Auto-parts manufacturers are lobbying for access to federal loans so they can resume making the components necessary for U.S. automobile assembly plants to begin producing cars once more.
The details of such a program, including its size, are still being discussed with lawmakers, but the loans are needed to help cover the initial raw materials purchases and other costs of producing parts after a roughly six-week period of almost zero revenue from components used in new vehicle production, according to Ann Wilson, senior vice president of government affairs at the Motor & Equipment Manufacturers Association.
“We have not produced a light duty vehicle in this country for almost 45 days. That means that the supply base has no money coming in," she said. “What our industry is interested in is a program of short duration that can provide that necessary funding to the industry so we can get as many of these people back to work as possible."
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Many suppliers, Wilson said, have taken advantage of government programs created by the $2.2 trillion virus stimulus package to keep employees on board, including the Paycheck Protection Program by smaller companies. She added that those funds wouldn’t be enough to cover costs of resuming production after weeks of severe revenue shortfalls.
The effort comes as a coalition of House Republican and Democratic lawmakers is becoming more vocal about supporting the auto industry’s recovery after factories have been idled nationwide for weeks because of the coronavirus pandemic. As of Wednesday morning, nine lawmakers from both parties had signed a draft letter urging House Speaker Nancy Pelosi and Minority Leader Kevin McCarthy to consider fresh proposals to support auto industry employment in future relief legislation.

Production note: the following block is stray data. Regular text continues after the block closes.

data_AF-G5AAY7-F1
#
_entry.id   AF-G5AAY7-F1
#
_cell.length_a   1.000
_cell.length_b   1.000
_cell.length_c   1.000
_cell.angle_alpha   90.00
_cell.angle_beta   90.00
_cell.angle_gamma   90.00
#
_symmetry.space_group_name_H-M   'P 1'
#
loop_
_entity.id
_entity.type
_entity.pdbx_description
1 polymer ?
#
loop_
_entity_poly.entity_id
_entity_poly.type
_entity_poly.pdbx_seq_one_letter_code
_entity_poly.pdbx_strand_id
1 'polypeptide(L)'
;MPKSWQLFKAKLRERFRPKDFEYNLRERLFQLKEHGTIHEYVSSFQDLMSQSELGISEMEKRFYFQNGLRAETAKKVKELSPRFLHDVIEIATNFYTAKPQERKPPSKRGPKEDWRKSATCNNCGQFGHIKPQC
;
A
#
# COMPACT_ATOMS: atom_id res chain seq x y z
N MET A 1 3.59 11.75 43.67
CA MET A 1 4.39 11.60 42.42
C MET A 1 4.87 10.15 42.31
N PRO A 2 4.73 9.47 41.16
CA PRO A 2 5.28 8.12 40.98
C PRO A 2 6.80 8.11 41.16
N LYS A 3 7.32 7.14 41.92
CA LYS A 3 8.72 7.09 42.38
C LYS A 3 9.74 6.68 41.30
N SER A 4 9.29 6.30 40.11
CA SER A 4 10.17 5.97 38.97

In an interview Wednesday, Representative Debbie Dingell, a Michigan Democrat who is leading the effort, said shortages of masks and other essential supplies that are largely imported illustrate why action is required to ensure that American manufacturing recovers from the crisis. She cited the closing of AK Steel Corp.’s plant in Dearborn, Michigan -- which will eliminate 343 jobs in her district, the Detroit Free Press reported -- as an example of the pressure facing manufacturers.
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“Everybody is working together, and the two issues that are front and center right now are keeping workers safe and the liquidity of the suppliers so that the automakers can get back up and running," she said. Michigan is important for both parties in the November election. Donald Trump’s narrow victory there in 2016 helped him defeat Hillary Clinton.
The automobile industry for weeks has been trying to prepare for an eventual restart. The Alliance for Automotive Innovation, the industry’s main trade group, has published health and safety guidelines for parts manufacturers once they reopen. The alliance and other trade groups have urged the State Department to work with Canadian and Mexican government officials to ensure that the regional auto supply chain is coordinated.
Commerce Secretary Wilbur Ross on Wednesday met with the Alliance and said the department would work to support the health of the cross-border auto industry supply chain, according to a statement.
This story has been published from a wire agency feed without modifications to the text.